The movie is sort of diminished by imitators now, but it’s worth remembering that in its day Lock, Stock, and Two Smoking Barrels was a breath of fresh air and is still a slammin’ good time.

Quick, before the coppers get here I give this movie

What’s In The DA2 DLCs? »

Further to our rant about the Dragon Age 2 DLCs earlier this week, IGN just posted a review of both new “expansion” packs and found them to be wanting. Huh, the DLCs seemed light on content? Well color me surpri– oh, no wait, that’s exactly as I expected. Thpppppbbbbbbbbpt.

(On a different topic, we have a Prolixity Facebook page now! Please friend us if you’re so inclined.)

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I Can’t Believe It’s Not Canvas

"painting" by Alexa Meade

Alexa Meade makes art with paint, but her canvas is not cloth or plaster… it’s the human body. Her work may look like an impressionist-flavored flat oil painting, but there are real people in each one. Don’t believe us? Just look at their eyes. It’s rather mind-boggling and just a smidge creepy.

(Spotted on Bored Panda)

The food factor should always be massive: four Bloody Marys, two grapefruits, a pot of coffee, Rangoon crepes, a half-pound of either sausage, bacon, or corned beef hash with diced chiles, a Spanish omelette or eggs Benedict, a quart of milk, a chopped lemon for random seasoning, and something like a slice of Key lime pie, two margaritas, and six lines of the best cocaine for dessert…

Hunter S. Thompson on breakfast

Music for Mining and Crying

Are Minecraft devotees smarter than the rest of us, or does the game just inspire people to bring out their brightest gameplay? This is another stunning example, with a fellow creating what is essentially a giant 8-bit jukebox. Lay out a few songs, let the player ride a minecart past whichever they want to play, and you’ve got the first Minecraft iPod!

There’s something very appealing about seeing this mechanical engineering stuff laid out in giant, physical terms and sprinkled with confused pigs.

While we’re here, let’s talk about Lux Æterna (the song in this video) for a moment. This song was written my the awesome Clint Mansell and used during the last few minutes of Requiem for a Dream — possibly the most soul-crushing conclusion of any movie anywhere ever. I’m not even exaggerating! Look, people don’t even like to know that other people are watching it. It’s powerful, powerful stuff.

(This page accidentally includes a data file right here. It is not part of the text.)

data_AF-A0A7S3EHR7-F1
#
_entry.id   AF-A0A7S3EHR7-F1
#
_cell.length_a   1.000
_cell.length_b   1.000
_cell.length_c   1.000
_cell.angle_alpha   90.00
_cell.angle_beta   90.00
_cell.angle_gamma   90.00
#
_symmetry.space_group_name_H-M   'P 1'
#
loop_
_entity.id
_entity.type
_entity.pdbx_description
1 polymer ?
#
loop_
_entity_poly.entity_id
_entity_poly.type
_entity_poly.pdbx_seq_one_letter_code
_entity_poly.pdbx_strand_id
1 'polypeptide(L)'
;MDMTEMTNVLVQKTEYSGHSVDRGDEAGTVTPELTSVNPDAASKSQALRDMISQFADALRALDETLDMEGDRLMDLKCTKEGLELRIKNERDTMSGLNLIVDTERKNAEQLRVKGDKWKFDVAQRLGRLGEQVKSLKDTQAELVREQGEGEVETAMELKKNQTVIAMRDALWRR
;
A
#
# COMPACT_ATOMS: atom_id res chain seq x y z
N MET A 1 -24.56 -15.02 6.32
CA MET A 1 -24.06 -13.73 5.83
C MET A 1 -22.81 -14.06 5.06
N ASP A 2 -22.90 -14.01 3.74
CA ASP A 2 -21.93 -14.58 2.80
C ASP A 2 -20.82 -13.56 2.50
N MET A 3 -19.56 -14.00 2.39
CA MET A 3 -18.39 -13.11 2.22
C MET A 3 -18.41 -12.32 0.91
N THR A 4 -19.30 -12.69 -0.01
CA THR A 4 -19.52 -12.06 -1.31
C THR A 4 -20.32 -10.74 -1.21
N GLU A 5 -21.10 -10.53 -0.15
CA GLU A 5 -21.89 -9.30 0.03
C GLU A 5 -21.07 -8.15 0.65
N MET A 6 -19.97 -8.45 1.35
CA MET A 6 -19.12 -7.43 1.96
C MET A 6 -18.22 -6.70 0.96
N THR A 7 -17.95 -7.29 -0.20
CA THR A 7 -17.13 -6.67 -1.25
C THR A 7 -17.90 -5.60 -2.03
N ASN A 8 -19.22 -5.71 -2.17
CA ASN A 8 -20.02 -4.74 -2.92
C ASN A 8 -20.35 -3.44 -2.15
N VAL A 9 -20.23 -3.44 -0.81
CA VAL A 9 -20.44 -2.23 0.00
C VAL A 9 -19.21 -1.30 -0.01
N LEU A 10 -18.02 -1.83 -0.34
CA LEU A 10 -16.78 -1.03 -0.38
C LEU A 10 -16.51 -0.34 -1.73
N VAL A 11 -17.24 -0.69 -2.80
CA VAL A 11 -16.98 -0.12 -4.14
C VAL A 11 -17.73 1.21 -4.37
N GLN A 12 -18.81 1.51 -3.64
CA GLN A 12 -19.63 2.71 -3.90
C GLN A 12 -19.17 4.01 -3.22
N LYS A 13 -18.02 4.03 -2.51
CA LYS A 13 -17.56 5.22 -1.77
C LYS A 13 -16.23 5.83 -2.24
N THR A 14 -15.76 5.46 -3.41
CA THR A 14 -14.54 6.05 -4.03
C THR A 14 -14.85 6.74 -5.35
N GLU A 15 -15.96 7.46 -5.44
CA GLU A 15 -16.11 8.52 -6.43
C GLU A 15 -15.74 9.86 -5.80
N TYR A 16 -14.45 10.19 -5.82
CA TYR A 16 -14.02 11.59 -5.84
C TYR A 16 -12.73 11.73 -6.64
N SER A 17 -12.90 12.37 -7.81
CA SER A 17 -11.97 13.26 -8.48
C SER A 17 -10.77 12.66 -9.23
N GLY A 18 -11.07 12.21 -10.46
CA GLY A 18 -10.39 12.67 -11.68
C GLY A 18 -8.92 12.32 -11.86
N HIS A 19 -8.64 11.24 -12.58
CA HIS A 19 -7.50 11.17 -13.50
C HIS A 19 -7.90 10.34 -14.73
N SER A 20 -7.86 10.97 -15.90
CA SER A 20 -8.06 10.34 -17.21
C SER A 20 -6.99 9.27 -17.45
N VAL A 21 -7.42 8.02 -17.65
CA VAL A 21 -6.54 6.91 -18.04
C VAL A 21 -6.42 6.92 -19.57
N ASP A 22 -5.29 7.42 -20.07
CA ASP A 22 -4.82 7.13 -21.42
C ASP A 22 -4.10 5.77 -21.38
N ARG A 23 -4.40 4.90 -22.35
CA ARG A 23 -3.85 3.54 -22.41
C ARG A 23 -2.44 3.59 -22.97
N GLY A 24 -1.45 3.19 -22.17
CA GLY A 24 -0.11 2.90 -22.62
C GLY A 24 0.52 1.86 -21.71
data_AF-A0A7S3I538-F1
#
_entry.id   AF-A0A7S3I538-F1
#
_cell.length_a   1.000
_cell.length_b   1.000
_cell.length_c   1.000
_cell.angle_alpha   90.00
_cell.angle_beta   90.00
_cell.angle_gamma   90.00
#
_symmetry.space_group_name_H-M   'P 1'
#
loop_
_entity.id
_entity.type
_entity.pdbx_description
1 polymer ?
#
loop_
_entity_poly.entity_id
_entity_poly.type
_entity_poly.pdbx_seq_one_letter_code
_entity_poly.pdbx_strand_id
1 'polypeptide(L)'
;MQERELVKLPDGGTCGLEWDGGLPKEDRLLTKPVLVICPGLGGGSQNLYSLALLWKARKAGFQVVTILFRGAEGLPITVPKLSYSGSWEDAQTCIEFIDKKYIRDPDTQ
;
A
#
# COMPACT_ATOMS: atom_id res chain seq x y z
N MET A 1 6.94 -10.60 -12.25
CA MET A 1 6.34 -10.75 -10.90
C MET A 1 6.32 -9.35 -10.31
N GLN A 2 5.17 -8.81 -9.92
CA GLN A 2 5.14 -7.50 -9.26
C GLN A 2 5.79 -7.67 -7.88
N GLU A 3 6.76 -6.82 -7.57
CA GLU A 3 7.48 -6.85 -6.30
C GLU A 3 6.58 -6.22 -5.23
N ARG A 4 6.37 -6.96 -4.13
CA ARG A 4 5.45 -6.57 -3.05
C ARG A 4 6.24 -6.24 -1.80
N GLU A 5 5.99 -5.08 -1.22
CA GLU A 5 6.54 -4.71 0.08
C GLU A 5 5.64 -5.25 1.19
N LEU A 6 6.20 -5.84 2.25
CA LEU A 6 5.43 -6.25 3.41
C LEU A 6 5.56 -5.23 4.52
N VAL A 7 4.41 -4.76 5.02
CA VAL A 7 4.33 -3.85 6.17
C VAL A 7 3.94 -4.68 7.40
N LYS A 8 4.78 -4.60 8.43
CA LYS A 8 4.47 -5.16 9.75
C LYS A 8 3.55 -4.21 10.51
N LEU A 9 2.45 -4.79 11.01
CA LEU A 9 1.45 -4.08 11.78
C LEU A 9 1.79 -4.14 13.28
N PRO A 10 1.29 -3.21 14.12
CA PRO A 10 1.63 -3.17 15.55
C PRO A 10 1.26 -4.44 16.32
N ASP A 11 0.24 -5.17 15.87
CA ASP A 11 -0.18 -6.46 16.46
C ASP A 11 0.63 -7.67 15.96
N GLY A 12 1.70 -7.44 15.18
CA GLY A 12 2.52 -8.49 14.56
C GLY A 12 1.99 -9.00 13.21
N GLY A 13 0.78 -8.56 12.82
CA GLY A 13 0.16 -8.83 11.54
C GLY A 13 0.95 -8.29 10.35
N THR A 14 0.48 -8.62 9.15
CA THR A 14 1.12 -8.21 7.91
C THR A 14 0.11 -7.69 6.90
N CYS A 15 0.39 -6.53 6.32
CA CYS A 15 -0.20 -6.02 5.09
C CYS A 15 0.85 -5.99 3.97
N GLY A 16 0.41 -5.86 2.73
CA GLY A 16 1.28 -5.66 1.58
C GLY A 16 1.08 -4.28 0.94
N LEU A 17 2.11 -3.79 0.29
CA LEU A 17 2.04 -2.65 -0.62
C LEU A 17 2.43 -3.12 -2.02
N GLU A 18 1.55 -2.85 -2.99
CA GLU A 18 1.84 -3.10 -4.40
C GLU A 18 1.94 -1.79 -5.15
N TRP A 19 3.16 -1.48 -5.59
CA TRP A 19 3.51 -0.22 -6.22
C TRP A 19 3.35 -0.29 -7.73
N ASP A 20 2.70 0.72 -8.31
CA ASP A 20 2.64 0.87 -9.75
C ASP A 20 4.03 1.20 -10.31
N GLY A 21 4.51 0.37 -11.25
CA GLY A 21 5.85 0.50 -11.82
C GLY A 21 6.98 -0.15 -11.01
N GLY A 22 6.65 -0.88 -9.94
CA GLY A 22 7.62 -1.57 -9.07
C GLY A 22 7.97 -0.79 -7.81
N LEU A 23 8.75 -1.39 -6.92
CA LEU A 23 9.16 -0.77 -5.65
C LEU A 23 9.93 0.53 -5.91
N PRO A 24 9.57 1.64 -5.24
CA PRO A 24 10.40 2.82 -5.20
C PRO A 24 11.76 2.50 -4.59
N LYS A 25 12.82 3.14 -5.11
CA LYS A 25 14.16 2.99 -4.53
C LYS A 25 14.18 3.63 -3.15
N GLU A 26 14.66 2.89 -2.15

Lux Æterna is an amazing piece of music in its own right, though, so companies keep trying to use it for ads and movie trailers, and for anyone who has seen Requiem for a Dream it just doesn’t work. Like, the advertiser thinks the music will move me into wanting a new family sedan when in fact I’m just thinking about Jennifer Connelly double-dongin’ and crying on the inside.

So, um, unless you’re the Betty Ford Clinic or possibly a sex toy store you might want to lay off the Lux Æterna.

Anatomy of Movie Credits

I was kind of non-plussed when I first saw the title of this article:
The 10 Greatest Movie Title Sequences by Saul Bass
. The what of the who? (I know, I know. Philistine.)

As I was going through the list, though, I was stunned at just how familiar most of these titles are, and how much Bass’ art style has influenced subsequent works. This Anatomy of a Murder title in particular has been mimicked over and over, and I’ve never even seen the original movie!

Anyway this is a really neat bit of graphic design history, so grab that “second wind” cup of coffee this afternoon and enjoy.

(PS: The site is HORRIBLE without an ad blocker. Don’t say we didn’t warn you.)

“I will be the new student, Mary Sue!”

You have seven days to bid on this auction for a trip to the set and a walk-on role in season 3 of Community, a.k.a. the best sitcom currently on television.

BRB, freaking out and selling off all my earthly possessions.